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Validation of User Preferences and Effects of Personalized Gamification on Task Performance

Gustavo F. Tondello and Lennart E. Nacke. 2020. Validation of User Preferences and Effects of Personalized Gamification on Task Performance. In Frontiers in Computer Science 2: 29. Frontiers. doi:10.3389/fcomp.2020.00029

Abstract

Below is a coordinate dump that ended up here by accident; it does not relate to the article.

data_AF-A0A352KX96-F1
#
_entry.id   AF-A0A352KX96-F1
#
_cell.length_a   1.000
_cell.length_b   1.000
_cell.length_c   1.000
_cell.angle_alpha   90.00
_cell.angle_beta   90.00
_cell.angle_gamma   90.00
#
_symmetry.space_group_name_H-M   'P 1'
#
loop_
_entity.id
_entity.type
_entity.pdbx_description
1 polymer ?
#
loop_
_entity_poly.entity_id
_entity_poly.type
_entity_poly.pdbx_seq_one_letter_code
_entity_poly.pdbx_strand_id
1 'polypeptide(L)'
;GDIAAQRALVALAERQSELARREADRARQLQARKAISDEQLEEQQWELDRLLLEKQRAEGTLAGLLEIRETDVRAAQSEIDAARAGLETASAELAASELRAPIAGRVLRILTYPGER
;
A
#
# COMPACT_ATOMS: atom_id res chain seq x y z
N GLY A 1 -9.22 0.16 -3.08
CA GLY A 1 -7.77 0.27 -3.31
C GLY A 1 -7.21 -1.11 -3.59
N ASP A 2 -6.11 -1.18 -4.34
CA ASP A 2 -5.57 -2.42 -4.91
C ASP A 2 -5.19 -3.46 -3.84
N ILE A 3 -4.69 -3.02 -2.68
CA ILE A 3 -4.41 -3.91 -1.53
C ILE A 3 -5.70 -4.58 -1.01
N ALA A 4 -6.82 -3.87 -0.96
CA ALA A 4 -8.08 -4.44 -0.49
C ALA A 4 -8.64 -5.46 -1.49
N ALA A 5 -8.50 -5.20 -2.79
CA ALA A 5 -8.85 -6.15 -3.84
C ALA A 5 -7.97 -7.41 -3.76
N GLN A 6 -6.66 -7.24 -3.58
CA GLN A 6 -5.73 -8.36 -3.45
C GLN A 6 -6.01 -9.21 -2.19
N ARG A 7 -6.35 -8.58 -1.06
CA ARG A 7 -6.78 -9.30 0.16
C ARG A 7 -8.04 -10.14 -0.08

Personalized gamification is the tailoring of gameful design elements to user preferences to improve engagement. However, studies of user preferences have so far relied on self-reported data only and few studies investigated the effects of personalized gameful systems on task performance. This study shows that personalized gamification works in practice as predicted by survey studies and leads to higher task performance. We asked 252 participants in two studies to interact with a customized (experimental) or a generic (control) online gameful application to classify images. In the customized version, they could select the game elements that they wanted to use for their experience. The results showed significant correlations between participants' choice of gameful design elements and their Hexad user type scores, which partly support existing user preference models based on self-reported preferences. On the other hand, user type scores were not correlated with participants' preferred game elements rated after interacting with the gameful system. These findings demonstrate that the Hexad user types are a viable model to create personalized gameful systems. However, it seems that there are other yet unknown factors that can influence user preferences, which should be considered together with the user type scores. Additionally, participants in the experimental condition classified more images and rated their experience of selecting the game elements they wanted to use higher than in the control, demonstrating that task performance improved with personalization. Nonetheless, other measures of task performance that were not explicitly incentivized by the game elements did not equally improve. This contribution shows that personalized gameful design creates systems that are more successful in helping users achieve their goals than generic systems. However, gameful designers should be aware that they must balance the game elements and how much they incentivize each user behavior, so that the business goals can be successfully promoted. Finally, we analyzed participants' qualitative answers about their experience with the generic and the customized gameful applications, extracting useful lessons for the designers of personalized gameful systems.